And with everything going on with Dolby and their streaming, more and more people are now physically able to get to hear it.
Exactly. The goal has always been to find a way to make it available to people, and we see Atmos music actually being the format for the future, despite the fact that we have worked very closely together with Auro-3D in the past. Obviously, they are great and a different type of technology, but you need the clout and the drive to get this out to larger audiences. And right now, I think Dolby is that vehicle, and people are ready for it.
I foresee that the second half of this year is leading to that moment when this will open up to so many people worldwide immediately. And whether it’s on a soundbar or on their TV, it will be enjoyed because it’s fully compatible with all these different devices. So it’s very exciting.
Are you working on any other projects in immersive audio, your own music maybe?
Well, Miles’ project was one of them. We followed up with some tracks from Marcus Miller (in the photo). I also did another project with a Brazilian EDM pop artist, who recorded his stuff and made it in stereo and then came over from Brazil to our PMC studio in L.A. We ended up mixing the first ever Brazilian Atmos music track, which was fun. And he loved it. It’s an amazing format to mess around with that style of music. EDM in Atmos is super exciting and can be really creative, especially if you compare it to what you have in the clubs.
As someone who’s been in the industry for years, do you remember what your experience was like when you first heard immersive or surround music? Was there a “wow” moment that you’ll never forget?
I started with PMC 19 years ago now, we were working a lot with the producers and scoring engineers. At that time, 5.1 was already happening for all the theaters. So when I heard a 5.1 movie score on our systems, that was an amazing experience. I heard scores from Dennis Sands, and Tommy Vicari who does a lot of work for Thomas Newman. Bobby Fernandez also did a lot of that work at that time.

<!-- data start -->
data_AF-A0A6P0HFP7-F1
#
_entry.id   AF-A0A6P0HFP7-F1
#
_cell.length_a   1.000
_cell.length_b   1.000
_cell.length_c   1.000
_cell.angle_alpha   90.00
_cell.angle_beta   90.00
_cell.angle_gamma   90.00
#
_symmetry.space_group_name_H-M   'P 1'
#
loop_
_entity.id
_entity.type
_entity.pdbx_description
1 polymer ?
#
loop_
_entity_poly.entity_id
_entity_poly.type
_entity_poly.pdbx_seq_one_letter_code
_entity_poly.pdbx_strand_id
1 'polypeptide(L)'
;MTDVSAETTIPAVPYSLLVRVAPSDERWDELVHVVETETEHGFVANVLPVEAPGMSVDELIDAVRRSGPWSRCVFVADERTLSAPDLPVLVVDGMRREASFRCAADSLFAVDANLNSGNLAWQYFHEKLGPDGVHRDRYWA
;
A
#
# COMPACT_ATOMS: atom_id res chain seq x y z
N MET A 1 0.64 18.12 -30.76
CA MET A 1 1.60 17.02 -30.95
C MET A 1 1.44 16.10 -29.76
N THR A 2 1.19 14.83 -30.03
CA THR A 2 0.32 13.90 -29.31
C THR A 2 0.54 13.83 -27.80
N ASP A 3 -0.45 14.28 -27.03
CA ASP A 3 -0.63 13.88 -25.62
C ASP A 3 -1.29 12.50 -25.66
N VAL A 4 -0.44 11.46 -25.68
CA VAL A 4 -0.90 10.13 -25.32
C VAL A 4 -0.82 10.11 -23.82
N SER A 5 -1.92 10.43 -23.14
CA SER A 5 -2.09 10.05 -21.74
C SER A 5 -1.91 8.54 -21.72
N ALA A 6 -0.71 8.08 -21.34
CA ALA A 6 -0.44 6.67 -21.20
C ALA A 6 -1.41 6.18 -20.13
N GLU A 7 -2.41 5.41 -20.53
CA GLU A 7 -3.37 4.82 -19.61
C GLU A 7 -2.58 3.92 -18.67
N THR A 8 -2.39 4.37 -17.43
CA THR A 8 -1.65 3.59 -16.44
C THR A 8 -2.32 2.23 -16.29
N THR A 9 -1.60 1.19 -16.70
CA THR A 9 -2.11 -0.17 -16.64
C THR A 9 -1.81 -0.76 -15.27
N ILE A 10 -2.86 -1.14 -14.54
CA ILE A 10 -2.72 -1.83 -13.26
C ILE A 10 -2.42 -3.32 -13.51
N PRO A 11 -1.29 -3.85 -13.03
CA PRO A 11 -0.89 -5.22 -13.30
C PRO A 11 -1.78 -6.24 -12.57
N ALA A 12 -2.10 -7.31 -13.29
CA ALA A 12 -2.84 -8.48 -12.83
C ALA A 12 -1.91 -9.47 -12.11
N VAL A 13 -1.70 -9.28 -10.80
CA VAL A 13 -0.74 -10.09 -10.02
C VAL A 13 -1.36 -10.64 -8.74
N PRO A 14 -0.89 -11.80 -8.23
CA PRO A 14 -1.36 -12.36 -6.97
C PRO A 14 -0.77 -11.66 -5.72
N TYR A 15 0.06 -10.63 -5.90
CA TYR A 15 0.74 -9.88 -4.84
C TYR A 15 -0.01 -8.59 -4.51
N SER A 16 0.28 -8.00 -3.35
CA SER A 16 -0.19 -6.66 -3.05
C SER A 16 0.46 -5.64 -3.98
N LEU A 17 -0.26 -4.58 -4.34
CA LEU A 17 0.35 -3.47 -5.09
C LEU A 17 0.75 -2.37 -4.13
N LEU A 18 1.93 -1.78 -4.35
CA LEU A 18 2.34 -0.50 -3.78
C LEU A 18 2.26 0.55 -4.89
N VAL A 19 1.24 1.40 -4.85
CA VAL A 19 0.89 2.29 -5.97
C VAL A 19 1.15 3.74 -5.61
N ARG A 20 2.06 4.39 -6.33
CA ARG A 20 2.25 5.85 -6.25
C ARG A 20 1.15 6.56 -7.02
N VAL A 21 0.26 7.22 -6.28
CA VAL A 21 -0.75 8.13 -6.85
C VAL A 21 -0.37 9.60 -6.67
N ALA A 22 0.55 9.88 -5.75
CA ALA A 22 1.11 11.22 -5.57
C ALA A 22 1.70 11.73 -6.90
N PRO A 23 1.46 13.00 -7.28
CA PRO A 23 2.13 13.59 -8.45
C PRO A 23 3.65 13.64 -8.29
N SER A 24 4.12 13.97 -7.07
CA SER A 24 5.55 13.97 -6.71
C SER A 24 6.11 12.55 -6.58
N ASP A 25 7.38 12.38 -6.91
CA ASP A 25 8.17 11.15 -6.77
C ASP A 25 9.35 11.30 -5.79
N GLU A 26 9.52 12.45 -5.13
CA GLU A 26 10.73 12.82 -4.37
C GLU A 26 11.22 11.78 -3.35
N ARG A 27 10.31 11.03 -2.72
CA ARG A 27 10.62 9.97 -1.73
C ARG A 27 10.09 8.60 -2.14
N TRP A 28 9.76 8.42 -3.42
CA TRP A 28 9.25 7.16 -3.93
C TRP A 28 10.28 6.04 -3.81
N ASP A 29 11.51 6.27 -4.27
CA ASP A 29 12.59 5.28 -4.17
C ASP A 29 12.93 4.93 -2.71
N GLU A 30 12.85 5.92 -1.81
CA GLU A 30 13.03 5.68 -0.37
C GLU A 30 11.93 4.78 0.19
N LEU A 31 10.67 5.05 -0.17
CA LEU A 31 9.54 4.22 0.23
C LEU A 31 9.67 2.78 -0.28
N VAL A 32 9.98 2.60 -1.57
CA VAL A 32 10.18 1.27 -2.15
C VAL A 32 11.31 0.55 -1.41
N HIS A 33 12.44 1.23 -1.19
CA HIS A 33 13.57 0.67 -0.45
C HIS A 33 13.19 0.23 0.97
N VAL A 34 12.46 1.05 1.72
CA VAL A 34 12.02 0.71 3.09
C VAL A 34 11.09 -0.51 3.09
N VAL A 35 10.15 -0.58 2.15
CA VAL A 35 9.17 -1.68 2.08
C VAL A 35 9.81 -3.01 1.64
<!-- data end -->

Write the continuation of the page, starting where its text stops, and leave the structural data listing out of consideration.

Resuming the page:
PMC being so involved in all those studios for surround sound, I got my hands on a lot of music that those composers kindly shared with me. I have a whole database of incredible movie scores and mixes that I can listen back at home even. Often in those times I ended up just turning off the screen, sitting on my couch with a glass of wine, and just appreciating the music.
You know, as PMC, we have been part of pushing the boundaries and developing new technologies. And now it’s great to see Atmos becoming available for more consumers, so I’m happy it’s not just me that enjoys it. It’s everybody else.
Well, to close, I have a silly question which, who knows, could maybe lead to something insightful. What’s one word you would use to describe immersive audio without using the word “immersive”?
Hmm, I have to think about that one because the word immersive does describe it so well for me personally. It’s not surround. For me, surround sound is 5.1 or 7.1. Immersive for me comes into play when it’s Dolby Atmos. Auro-3D also had a great start a few years ago but hasn’t been able to expand like Dolby, or even DTS:X although that’s not as popular for music. For me immersive has become synonymous with emotion. It’s a very emotional experience. I do feel that you really move people when you put them into that immersive dome. You never know the great emotional response to the music that can happen. Even to the point where we’re actually working with, for instance, people that are involved with the Mayo Clinic. In treating people with Alzheimer’s, they have found that utilizing Dolby Atmos music, or any real immersive setup, actually has certain effects and benefits.
So, emotional is the word I would use!